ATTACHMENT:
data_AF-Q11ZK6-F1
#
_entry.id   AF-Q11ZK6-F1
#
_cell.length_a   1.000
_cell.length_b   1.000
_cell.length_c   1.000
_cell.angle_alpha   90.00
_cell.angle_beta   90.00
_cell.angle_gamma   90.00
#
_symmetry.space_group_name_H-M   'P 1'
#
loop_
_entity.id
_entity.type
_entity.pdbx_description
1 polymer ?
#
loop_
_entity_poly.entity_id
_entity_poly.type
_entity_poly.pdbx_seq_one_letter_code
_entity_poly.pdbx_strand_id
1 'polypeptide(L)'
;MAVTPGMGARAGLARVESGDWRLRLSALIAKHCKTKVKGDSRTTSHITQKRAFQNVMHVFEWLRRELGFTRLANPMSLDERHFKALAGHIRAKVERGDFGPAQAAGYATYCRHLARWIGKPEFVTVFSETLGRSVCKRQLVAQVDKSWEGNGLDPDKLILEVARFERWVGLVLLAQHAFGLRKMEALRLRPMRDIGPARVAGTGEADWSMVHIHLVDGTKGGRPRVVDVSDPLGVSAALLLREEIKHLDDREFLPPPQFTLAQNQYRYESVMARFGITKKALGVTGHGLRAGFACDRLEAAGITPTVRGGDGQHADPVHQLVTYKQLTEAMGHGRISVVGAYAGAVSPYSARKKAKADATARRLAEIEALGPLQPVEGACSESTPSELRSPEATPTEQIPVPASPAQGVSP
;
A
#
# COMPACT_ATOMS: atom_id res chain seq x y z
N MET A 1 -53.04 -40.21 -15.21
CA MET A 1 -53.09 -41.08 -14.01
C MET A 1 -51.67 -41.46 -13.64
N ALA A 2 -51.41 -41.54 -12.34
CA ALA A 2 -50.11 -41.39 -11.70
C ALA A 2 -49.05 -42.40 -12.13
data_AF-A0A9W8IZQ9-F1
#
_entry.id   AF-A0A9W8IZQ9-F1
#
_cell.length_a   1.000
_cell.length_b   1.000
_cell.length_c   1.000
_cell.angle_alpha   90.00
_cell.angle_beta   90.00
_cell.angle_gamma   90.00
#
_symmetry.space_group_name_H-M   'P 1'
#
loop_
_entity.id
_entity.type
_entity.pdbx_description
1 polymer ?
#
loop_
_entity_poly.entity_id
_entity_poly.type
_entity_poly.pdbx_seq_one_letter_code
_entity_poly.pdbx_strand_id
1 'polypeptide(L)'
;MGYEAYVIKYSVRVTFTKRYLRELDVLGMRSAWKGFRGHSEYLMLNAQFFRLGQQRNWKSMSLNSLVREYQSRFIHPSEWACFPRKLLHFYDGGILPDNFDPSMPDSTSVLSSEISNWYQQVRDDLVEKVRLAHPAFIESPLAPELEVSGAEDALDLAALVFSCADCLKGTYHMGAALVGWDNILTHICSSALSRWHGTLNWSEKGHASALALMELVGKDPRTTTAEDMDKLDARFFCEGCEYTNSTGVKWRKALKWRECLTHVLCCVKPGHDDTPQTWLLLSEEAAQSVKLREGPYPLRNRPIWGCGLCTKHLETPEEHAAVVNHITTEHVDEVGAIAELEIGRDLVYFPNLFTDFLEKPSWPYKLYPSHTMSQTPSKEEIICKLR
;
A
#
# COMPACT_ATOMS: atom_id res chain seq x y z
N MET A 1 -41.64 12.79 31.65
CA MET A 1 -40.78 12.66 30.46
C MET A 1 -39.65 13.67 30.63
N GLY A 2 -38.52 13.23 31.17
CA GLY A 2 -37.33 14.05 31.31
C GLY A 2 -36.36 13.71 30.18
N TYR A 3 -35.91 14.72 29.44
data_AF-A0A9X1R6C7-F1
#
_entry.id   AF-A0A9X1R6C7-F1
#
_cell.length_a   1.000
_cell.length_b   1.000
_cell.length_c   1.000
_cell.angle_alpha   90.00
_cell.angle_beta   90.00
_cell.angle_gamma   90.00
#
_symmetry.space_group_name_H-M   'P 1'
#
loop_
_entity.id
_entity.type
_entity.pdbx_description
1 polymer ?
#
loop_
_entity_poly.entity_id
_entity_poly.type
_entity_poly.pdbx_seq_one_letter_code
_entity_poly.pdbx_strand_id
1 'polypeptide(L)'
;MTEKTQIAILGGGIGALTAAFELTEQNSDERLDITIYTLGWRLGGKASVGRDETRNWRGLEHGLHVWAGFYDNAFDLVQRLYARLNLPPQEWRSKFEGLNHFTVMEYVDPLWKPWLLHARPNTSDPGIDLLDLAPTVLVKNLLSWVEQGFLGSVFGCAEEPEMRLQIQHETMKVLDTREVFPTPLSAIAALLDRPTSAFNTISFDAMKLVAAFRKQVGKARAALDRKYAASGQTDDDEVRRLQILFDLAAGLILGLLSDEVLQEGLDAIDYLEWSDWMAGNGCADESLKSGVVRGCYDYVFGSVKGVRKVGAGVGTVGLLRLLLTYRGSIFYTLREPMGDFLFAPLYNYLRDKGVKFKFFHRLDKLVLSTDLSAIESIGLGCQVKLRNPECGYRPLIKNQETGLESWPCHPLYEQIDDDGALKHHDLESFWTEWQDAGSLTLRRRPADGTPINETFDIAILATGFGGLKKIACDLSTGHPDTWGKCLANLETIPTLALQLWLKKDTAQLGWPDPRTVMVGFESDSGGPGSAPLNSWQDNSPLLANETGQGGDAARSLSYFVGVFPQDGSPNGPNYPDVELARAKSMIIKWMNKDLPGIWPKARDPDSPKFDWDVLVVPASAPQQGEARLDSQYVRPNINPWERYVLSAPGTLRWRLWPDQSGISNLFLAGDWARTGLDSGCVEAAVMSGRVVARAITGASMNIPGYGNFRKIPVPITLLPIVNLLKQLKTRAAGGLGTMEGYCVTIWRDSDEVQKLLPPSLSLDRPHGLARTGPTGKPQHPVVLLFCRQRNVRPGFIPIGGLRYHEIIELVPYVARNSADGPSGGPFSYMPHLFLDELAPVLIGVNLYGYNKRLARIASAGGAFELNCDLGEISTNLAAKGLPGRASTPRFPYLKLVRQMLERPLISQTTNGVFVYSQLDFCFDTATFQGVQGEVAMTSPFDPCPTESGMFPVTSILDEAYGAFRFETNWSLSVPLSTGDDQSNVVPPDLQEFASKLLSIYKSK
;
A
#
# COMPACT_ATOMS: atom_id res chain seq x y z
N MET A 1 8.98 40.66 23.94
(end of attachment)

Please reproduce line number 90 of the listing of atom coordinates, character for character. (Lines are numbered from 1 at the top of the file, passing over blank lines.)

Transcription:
_entity.pdbx_description